A lot of work and consideration go into caring for your horses. One good way to start is by keeping their stalls and stables well-maintained. By addressing your horses’ comfort, you cover a lot of ground in ensuring their overall health and well-being.
Take these seven expert tips to heart to keep your horse stalls and stables in peak condition:
Always keep it clean
Cleanliness is the simplest and most important requirement when it comes to maintaining horse facilities. The following tools are essential for your regular cleaning routines:
- Muck bucket cart
- Heavy duty corn broom
- Scoop shovel
- Stall freshener
Keep stalls clear of manure and urine with a daily cleaning routine. Have a keen eye for detail, too. Separate manure from the shavings that you use as flooring or bedding using a pitchfork to prevent harmful bacterial growth.
Make it a habit to disinfect the stables every month, but be mindful of the cleaning solutions that you use. Look for options that are certified safe for animals.
Prevent moisture from getting in
Wet horse stalls present slipping hazards that can injure your horses. Excess moisture also creates environments where pests, rot, and mold can develop and flourish. This could leave your horses vulnerable to disease or infection.
Moisture also affects the durability and integrity of your facilities. Left unchecked, moisture causes wooden stables to rot or grow mold and steel stables to rust or corrode.
Remember to keep the beddings dry. Make sure your plumbing and drainage are always in proper working order.
Avoid using water to clear out dust, as well. This can create humid conditions that can be harmful for both your horses and you.
Choose the right flooring and bedding materials
The materials you use as flooring and bedding in your stalls and stables affect the health and well-being of your horses. Avoid settling with concrete because these hard surfaces can hurt horses’ legs and hooves. In terms of regular maintenance, it can be difficult to drain. Concrete also gets cold at night and in the winter.
Mats are the ideal choice for flooring. They are easy to clean and also help minimize muck and dust build-up.
For bedding, you can choose from wood shavings, sawdust, and straw – the most affordable and accessible options. Be wary of the disadvantages that each type of bedding presents, however. Shavings and sawdust can make your stables and stalls dusty while straw is prone to mold.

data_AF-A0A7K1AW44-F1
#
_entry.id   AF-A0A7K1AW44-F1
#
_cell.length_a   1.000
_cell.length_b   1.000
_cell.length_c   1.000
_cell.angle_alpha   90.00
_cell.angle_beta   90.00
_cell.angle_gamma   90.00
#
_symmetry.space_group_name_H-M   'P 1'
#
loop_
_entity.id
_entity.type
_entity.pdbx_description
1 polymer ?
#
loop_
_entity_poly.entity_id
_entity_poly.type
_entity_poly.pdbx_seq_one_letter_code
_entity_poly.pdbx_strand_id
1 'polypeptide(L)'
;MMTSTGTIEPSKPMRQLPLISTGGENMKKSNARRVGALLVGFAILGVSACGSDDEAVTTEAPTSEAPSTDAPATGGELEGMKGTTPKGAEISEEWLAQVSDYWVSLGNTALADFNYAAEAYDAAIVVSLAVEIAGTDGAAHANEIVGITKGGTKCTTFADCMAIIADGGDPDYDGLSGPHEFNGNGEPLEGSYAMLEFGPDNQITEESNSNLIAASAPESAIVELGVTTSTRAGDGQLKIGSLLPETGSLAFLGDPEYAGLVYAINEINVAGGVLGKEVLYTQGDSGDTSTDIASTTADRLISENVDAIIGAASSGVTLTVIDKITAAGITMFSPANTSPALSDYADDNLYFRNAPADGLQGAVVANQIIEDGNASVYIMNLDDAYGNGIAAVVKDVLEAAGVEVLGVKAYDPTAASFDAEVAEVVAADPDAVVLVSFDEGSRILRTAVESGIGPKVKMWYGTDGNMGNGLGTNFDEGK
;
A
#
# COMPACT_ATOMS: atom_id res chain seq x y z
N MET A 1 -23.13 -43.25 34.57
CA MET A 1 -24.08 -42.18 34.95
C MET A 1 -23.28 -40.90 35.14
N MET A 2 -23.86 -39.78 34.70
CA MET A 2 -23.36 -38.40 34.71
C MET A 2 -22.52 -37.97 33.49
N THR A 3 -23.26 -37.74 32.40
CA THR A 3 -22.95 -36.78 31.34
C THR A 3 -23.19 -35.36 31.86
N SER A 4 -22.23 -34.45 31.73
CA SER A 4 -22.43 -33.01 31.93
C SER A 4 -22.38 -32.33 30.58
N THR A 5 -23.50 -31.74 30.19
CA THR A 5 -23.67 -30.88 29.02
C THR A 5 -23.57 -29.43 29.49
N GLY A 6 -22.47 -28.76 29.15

Manage the air quality inside the stables
Good air quality is an important but often overlooked factor when maintaining horse stables. Air quality suffers when there is too much dust, as well as increasing concentrations of ammonia and other harmful gases.
To keep the air quality in your facilities in check, make sure there is proper ventilation. Use ceiling fans and exhaust fans to manage the air flow throughout the area. These appliances also help horses regulate their temperature, especially during the summer, and prevent odor from building up during the winter.
Storing dry bedding and hay elsewhere outside the stables also helps prevent dust from settling inside the building.
Keep the feeding materials clean
What your horses eat from is just as important as what they eat. Wash and scrub down their food and water buckets regularly.
Keep hay and feed in a dry and safe storage facility to prevent moisture buildup, and keep parasites, vermin, and other contaminants away from the food.
Pest-proof your stables
The hay and grain you keep in your horse stalls and stables are attractive to rats and other pests. If you don’t keep these vermin at bay, you can risk exposing your horses to fleas, diseases, and infection. Pests can also cause costly structural damage.
Here are a few ideas to prevent pest infestations in your stables:
- Establish regular and thorough cleaning routine.
- Use metal containers to store the horses’ food supply, because rats can easily chew through plastic.
- Lay traps around the stalls to catch small rats and mice. Be careful not to place them where they can harm your horses.
- Consider getting barn cats for natural and sustainable pest maintenance.
Take care of the little things
Dripping faucets, exposed nails, dilapidated doors, and flickering lights are all minor issues that could quickly turn to major problems if left unattended. Repair or replace them as soon as you become aware of them.
Get help from professional service providers if you can’t fix them yourself. Investing in proper maintenance for your horse facilities are a better use of your money than rebuilding your stables or replacing horses lost to poor health or disease.